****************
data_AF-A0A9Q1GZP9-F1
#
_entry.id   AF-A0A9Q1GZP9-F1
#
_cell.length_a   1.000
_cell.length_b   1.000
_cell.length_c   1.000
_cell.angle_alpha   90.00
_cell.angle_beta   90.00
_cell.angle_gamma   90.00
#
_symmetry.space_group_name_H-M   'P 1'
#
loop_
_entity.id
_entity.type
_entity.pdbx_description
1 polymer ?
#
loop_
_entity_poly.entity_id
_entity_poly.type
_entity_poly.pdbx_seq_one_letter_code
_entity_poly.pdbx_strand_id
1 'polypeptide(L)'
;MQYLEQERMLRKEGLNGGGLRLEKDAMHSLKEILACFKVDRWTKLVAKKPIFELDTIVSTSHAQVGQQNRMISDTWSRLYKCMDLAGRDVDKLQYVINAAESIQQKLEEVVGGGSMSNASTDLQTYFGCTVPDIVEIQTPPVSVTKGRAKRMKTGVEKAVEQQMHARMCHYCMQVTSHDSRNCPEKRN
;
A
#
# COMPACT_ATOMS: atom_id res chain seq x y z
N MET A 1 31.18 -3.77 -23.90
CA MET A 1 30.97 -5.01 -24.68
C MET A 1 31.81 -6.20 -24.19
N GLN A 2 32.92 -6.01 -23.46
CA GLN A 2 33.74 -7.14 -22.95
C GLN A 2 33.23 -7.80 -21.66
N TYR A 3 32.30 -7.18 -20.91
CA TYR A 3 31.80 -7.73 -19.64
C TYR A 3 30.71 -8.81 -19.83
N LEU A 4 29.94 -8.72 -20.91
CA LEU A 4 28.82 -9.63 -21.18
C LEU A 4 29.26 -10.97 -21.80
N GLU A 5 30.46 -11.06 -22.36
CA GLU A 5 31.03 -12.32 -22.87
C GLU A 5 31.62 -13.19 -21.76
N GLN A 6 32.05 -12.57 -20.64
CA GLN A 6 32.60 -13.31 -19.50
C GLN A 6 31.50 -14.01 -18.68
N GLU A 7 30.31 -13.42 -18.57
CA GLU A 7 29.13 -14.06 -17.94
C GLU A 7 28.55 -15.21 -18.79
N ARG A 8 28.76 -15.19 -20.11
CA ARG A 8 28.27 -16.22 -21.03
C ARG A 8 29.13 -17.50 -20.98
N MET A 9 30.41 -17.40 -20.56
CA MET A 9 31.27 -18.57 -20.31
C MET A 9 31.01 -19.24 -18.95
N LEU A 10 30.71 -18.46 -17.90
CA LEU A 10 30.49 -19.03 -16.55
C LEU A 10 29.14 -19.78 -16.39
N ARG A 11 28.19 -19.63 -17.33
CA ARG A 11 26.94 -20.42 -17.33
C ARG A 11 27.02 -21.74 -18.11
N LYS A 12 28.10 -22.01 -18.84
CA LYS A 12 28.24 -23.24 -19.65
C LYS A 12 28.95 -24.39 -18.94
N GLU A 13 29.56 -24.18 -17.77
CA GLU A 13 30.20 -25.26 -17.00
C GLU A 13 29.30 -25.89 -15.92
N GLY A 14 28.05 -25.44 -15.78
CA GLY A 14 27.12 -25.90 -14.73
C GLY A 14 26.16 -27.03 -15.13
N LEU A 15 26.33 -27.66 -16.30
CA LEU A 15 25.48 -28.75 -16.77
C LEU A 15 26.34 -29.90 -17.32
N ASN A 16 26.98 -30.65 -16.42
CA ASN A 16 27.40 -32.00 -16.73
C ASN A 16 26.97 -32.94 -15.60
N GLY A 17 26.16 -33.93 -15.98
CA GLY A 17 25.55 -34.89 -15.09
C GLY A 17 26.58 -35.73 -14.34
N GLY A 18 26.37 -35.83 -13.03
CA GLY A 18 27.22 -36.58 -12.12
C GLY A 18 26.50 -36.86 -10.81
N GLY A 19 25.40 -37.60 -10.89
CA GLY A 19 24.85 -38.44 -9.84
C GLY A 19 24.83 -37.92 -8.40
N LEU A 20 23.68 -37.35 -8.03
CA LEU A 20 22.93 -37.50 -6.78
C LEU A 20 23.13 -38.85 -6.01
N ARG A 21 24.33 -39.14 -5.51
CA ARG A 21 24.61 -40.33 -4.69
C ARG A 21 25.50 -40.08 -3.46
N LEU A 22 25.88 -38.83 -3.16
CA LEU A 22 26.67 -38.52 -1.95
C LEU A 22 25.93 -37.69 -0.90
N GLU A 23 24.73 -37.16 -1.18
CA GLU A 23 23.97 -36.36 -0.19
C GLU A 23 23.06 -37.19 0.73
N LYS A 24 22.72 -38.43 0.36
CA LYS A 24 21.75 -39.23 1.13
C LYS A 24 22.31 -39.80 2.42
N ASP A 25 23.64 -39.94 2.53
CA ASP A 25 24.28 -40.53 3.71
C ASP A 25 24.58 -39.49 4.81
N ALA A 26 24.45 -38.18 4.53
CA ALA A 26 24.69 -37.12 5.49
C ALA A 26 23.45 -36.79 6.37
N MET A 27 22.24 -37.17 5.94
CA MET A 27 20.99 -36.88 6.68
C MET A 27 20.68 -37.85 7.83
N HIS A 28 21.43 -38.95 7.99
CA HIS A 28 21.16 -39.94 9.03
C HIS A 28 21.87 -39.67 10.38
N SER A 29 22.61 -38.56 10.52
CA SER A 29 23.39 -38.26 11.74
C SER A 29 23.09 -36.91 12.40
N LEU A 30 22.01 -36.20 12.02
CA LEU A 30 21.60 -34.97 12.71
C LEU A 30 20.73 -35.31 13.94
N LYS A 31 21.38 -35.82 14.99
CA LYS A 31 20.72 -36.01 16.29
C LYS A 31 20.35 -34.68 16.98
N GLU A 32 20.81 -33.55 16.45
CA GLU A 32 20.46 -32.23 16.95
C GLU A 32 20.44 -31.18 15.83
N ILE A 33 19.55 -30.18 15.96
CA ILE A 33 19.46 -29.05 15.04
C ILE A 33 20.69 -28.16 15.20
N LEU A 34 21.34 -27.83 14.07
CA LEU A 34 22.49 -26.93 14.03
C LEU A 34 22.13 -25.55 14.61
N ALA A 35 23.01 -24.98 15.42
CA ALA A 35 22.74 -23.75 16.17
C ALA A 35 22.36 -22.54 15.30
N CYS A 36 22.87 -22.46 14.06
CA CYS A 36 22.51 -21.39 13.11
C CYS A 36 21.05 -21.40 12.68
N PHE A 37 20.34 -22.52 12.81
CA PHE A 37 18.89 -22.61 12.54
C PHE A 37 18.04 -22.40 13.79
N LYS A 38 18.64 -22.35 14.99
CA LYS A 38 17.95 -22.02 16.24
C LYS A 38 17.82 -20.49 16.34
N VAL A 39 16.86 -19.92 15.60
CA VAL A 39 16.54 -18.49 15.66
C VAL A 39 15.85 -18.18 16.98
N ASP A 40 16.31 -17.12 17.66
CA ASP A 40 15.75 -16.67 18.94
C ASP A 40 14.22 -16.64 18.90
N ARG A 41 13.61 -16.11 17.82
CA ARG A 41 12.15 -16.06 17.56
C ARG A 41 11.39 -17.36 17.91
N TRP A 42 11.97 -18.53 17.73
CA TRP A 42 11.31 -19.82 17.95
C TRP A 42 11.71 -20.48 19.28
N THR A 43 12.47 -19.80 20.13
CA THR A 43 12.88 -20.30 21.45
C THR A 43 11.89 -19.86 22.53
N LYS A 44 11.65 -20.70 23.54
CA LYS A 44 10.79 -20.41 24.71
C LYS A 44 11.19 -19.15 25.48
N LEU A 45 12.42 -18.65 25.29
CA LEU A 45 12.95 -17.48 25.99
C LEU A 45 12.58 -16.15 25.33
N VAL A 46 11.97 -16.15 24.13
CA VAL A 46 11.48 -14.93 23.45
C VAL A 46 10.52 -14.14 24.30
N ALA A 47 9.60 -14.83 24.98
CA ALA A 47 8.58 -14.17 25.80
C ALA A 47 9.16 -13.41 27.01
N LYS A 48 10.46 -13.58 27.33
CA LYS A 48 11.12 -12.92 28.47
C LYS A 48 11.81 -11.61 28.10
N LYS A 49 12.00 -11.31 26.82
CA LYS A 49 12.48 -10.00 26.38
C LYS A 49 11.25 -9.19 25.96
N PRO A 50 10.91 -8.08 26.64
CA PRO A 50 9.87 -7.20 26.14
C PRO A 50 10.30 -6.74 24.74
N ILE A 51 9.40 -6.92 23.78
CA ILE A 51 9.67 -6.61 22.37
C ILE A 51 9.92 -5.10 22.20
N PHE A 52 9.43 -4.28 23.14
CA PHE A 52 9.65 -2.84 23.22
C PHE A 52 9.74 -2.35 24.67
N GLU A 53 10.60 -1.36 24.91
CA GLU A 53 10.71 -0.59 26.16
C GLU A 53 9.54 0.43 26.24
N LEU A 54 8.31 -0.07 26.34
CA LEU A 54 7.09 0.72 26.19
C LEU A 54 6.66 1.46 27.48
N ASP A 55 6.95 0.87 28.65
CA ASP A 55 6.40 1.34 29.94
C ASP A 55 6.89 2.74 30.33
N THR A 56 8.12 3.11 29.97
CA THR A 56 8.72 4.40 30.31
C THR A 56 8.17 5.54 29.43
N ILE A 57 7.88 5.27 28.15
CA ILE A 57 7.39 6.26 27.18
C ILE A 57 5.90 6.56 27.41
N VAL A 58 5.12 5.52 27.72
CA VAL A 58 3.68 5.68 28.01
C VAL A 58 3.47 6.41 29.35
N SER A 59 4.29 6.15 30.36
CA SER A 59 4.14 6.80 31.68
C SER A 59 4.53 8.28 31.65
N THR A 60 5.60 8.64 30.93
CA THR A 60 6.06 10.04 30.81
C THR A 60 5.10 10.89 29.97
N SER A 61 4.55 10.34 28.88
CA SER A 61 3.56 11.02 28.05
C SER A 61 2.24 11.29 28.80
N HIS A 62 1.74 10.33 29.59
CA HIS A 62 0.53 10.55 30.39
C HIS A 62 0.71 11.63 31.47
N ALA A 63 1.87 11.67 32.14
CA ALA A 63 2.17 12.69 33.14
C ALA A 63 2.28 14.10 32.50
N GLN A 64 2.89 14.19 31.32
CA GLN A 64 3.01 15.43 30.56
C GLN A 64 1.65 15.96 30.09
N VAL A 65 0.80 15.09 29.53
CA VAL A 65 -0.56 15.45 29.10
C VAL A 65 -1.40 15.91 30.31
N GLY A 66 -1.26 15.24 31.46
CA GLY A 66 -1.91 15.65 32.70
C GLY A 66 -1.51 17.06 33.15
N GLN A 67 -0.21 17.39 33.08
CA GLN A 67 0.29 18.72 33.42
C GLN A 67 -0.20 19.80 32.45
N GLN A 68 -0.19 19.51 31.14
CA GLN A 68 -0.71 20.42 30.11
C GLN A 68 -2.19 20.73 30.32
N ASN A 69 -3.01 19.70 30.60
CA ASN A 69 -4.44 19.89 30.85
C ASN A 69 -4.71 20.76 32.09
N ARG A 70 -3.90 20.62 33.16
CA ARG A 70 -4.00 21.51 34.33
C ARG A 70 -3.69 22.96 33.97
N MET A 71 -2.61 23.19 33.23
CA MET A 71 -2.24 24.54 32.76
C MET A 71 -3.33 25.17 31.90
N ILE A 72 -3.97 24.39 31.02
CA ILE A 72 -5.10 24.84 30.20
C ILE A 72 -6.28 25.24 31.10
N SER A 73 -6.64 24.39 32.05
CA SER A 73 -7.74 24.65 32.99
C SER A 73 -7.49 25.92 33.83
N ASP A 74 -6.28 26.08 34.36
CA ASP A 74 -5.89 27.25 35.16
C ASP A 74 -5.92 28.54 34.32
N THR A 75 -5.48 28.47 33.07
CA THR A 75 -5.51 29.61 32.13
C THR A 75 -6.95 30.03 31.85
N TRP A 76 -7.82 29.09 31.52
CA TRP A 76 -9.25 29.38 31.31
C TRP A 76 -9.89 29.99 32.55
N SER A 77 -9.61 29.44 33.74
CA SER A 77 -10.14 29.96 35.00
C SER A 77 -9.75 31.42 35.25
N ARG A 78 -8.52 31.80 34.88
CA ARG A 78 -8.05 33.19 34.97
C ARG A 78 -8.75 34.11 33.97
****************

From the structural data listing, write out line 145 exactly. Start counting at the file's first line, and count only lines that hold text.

N VAL A 39 16.86 -19.92 15.60